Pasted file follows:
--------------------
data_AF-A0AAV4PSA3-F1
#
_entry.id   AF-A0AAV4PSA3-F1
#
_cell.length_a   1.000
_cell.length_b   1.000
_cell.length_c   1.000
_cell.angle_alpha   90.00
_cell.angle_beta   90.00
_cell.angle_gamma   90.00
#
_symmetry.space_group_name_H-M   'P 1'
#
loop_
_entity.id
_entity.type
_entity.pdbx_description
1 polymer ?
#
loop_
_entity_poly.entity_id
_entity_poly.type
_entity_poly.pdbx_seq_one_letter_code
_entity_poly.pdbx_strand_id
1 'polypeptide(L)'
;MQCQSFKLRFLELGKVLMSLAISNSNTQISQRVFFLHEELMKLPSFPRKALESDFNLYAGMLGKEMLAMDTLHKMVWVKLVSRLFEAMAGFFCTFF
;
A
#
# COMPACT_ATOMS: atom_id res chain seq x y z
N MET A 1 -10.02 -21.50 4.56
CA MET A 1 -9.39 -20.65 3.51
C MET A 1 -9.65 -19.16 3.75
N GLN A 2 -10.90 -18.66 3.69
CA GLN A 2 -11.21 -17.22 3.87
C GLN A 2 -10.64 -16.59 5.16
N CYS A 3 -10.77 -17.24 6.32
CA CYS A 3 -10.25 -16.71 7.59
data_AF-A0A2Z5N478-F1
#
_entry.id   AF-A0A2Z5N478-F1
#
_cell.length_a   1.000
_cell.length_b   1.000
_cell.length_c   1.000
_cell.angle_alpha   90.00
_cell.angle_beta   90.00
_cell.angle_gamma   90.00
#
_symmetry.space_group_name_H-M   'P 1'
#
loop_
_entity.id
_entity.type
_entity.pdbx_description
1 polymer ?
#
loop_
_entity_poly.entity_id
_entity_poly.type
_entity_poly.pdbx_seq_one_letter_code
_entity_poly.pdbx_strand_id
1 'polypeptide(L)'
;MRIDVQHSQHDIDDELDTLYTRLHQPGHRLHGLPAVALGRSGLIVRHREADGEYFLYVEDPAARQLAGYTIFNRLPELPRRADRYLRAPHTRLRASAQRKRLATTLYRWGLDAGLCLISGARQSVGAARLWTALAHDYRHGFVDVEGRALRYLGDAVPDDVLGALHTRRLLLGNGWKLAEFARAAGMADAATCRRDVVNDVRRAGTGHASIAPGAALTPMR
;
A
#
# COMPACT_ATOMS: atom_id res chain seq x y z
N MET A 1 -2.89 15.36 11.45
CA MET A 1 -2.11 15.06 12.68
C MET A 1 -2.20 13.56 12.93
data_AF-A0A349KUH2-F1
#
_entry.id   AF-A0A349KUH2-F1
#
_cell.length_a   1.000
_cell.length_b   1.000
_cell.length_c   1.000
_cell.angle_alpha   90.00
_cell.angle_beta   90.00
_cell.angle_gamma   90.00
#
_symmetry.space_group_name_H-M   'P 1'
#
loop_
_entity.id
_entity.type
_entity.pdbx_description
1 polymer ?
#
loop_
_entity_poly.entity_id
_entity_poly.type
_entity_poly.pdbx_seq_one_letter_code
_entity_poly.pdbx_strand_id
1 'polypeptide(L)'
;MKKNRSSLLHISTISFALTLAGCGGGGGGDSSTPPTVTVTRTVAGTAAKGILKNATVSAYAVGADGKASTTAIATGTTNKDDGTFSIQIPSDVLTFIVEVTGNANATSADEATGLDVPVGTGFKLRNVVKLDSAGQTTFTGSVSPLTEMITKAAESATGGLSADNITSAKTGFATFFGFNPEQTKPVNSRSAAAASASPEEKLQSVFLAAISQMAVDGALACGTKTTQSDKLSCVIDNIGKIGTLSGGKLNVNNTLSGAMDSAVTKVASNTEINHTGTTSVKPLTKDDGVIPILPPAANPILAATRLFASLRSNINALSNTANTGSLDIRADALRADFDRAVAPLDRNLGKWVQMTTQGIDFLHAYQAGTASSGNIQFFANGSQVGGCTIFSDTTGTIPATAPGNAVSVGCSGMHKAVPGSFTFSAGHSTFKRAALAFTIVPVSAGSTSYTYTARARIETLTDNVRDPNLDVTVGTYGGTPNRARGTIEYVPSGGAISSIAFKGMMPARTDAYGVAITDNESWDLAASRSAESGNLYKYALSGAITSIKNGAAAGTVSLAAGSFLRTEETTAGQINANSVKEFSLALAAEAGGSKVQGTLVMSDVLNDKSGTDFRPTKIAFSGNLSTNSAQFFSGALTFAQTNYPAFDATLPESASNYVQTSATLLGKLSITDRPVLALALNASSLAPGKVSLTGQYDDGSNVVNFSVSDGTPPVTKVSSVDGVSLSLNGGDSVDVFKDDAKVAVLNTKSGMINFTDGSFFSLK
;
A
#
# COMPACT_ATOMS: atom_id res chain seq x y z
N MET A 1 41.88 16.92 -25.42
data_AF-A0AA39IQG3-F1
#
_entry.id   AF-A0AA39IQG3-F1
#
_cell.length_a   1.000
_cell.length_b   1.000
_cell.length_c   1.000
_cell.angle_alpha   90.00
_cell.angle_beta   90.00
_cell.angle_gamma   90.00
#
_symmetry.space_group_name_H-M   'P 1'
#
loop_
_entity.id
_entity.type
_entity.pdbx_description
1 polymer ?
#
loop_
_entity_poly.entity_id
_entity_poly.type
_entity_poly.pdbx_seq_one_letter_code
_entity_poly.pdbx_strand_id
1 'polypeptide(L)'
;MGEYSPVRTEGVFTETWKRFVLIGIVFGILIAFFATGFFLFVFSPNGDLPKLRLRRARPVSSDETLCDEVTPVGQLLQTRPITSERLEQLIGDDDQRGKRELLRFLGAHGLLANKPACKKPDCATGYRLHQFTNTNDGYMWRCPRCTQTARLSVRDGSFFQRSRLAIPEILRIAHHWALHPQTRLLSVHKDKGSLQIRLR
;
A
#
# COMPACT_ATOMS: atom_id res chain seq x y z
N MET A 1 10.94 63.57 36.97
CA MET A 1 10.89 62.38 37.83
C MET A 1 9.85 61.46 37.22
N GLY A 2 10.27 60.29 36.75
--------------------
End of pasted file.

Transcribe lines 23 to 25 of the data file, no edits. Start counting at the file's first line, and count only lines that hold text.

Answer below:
_entity_poly.pdbx_seq_one_letter_code
_entity_poly.pdbx_strand_id
1 'polypeptide(L)'